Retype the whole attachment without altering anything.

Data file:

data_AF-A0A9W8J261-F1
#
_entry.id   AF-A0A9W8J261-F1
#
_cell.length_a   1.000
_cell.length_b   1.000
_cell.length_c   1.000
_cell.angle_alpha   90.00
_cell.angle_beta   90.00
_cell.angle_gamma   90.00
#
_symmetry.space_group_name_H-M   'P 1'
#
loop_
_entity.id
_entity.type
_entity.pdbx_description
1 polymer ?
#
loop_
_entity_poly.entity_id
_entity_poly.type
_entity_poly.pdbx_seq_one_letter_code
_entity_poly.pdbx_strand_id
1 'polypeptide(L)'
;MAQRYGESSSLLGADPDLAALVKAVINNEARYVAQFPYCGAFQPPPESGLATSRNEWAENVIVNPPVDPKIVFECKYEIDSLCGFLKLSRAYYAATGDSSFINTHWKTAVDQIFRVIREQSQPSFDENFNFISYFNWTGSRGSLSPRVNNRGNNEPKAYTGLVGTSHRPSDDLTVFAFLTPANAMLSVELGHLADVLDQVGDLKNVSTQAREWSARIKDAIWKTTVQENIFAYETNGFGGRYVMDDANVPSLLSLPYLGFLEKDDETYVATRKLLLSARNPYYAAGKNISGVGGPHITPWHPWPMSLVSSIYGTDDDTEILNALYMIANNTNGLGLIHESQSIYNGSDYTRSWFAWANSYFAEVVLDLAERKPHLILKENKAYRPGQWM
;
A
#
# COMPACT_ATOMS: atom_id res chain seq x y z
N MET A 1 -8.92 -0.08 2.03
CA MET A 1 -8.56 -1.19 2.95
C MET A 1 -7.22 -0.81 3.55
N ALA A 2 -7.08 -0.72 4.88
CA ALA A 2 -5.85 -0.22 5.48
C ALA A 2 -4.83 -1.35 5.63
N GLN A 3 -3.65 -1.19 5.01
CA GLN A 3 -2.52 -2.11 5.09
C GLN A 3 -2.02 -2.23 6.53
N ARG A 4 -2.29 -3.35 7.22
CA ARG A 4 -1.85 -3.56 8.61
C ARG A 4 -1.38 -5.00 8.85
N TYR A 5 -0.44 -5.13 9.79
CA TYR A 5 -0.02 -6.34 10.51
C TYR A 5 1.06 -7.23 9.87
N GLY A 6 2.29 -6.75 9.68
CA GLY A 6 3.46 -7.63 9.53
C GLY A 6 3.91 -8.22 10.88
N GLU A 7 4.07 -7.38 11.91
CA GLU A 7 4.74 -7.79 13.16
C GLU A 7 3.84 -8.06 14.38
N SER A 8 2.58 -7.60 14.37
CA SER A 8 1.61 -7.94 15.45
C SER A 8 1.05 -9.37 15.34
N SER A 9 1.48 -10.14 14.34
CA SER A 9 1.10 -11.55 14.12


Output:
data_AF-A0A9W8J261-F1
#
_entry.id   AF-A0A9W8J261-F1
#
_cell.length_a   1.000
_cell.length_b   1.000
_cell.length_c   1.000
_cell.angle_alpha   90.00
_cell.angle_beta   90.00
_cell.angle_gamma   90.00
#
_symmetry.space_group_name_H-M   'P 1'
#
loop_
_entity.id
_entity.type
_entity.pdbx_description
1 polymer ?
#
loop_
_entity_poly.entity_id
_entity_poly.type
_entity_poly.pdbx_seq_one_letter_code
_entity_poly.pdbx_strand_id
1 'polypeptide(L)'
;MAQRYGESSSLLGADPDLAALVKAVINNEARYVAQFPYCGAFQPPPESGLATSRNEWAENVIVNPPVDPKIVFECKYEIDSLCGFLKLSRAYYAATGDSSFINTHWKTAVDQIFRVIREQSQPSFDENFNFISYFNWTGSRGSLSPRVNNRGNNEPKAYTGLVGTSHRPSDDLTVFAFLTPANAMLSVELGHLADVLDQVGDLKNVSTQAREWSARIKDAIWKTTVQENIFAYETNGFGGRYVMDDANVPSLLSLPYLGFLEKDDETYVATRKLLLSARNPYYAAGKNISGVGGPHITPWHPWPMSLVSSIYGTDDDTEILNALYMIANNTNGLGLIHESQSIYNGSDYTRSWFAWANSYFAEVVLDLAERKPHLILKENKAYRPGQWM
;
A
#
# COMPACT_ATOMS: atom_id res chain seq x y z
N MET A 1 -8.92 -0.08 2.03
CA MET A 1 -8.56 -1.19 2.95
C MET A 1 -7.22 -0.81 3.55
N ALA A 2 -7.08 -0.72 4.88
CA ALA A 2 -5.85 -0.22 5.48
C ALA A 2 -4.83 -1.35 5.63
N GLN A 3 -3.65 -1.19 5.01
CA GLN A 3 -2.52 -2.11 5.09
C GLN A 3 -2.02 -2.23 6.53
N ARG A 4 -2.29 -3.35 7.22
CA ARG A 4 -1.85 -3.56 8.61
C ARG A 4 -1.38 -5.00 8.85
N TYR A 5 -0.44 -5.13 9.79
CA TYR A 5 -0.02 -6.34 10.51
C TYR A 5 1.06 -7.23 9.87
N GLY A 6 2.29 -6.75 9.68
CA GLY A 6 3.46 -7.63 9.53
C GLY A 6 3.91 -8.22 10.88
N GLU A 7 4.07 -7.38 11.91
CA GLU A 7 4.74 -7.79 13.16
C GLU A 7 3.84 -8.06 14.38
N SER A 8 2.58 -7.60 14.37
CA SER A 8 1.61 -7.94 15.45
C SER A 8 1.05 -9.37 15.34
N SER A 9 1.48 -10.14 14.34
CA SER A 9 1.10 -11.55 14.12